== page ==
Finally, we summarize our proposed method in Algorithm 1.
Iv Experiments
In this section, we evaluate our method on two public datasets for comparison with the stateoftheart methods. In addition, we do ablation experiments and analyse the performance of each component.
Iva Experiment Setting
IvA1 Datasets
We evaluate our method on NYU [20] and ICVL [36], details about the datasets are summarized in Table I, where Train is the number of train images, Test is the number of test images and the number in bracket is the number of sequences; Resolution is the resolution of images; Annotation is the number of annotated joints. NYU dataset is challenging because of its wider pose variation and noisy image as well as limited annotation accuracy. On ICVL dataset, the scale of image is small and the discrepancies between training and testing is large, these make the estimation difficult.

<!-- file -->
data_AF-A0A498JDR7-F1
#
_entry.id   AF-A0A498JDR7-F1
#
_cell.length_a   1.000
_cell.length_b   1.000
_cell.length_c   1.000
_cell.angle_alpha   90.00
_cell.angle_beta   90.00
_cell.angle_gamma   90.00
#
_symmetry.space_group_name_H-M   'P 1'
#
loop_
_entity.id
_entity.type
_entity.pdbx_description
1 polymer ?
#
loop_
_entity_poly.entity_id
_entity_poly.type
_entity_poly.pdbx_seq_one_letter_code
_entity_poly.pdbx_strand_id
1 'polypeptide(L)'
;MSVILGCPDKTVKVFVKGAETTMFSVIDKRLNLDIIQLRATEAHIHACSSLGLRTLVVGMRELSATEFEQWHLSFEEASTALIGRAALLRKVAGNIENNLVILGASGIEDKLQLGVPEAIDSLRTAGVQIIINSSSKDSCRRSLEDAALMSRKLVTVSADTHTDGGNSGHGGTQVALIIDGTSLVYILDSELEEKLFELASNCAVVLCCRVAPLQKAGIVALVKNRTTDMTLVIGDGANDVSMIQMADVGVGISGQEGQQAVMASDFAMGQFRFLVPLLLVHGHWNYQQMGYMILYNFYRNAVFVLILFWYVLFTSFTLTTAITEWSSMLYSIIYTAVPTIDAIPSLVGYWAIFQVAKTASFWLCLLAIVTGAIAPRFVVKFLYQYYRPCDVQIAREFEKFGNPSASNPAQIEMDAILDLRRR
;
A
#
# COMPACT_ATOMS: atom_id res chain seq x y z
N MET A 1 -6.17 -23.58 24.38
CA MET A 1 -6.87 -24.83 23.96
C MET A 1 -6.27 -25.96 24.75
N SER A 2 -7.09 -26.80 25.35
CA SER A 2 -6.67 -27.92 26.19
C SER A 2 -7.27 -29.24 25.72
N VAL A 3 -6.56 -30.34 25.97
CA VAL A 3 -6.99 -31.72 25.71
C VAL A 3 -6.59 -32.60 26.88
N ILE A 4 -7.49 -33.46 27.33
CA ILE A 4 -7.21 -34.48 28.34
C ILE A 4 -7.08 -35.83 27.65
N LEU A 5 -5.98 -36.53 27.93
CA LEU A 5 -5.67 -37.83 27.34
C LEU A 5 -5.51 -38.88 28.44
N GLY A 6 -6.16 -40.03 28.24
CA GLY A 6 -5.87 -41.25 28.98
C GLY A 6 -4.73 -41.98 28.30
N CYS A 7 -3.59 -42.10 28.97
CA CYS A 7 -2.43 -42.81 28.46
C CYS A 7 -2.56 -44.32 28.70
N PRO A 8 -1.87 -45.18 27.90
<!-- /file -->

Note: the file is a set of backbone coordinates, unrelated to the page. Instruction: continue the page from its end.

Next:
Dataset  Train  Test  Resolution  Annotation 

NYU  72k (1)  8k(2)  36  
ICVL  22k (10)  1.6k(2)  16 
IvA2 Evaluation Metrics
The evaluation follows the standard metrics proposed in [18], including accuracy, prejoint error distances and average error distance. As mentioned above, we denote as the predicted th joint location in the th frame, is the corresponding ground truth. The total number of frames is denoted as , and is the number of hand joints.
Perjoint error distance calculates the average Euclidean distance between the predicted joint location and the ground truth in 3D space.
(7) 
Average error distance computes the mean distance for all joints.
(8) 
Accuracy is the fraction of frames that all predicted joints from the ground truth in a frame below the given distance threshold .
(9) 
where is the indicator function.
IvA3 Implementation Details
We implement the training and testing with Caffe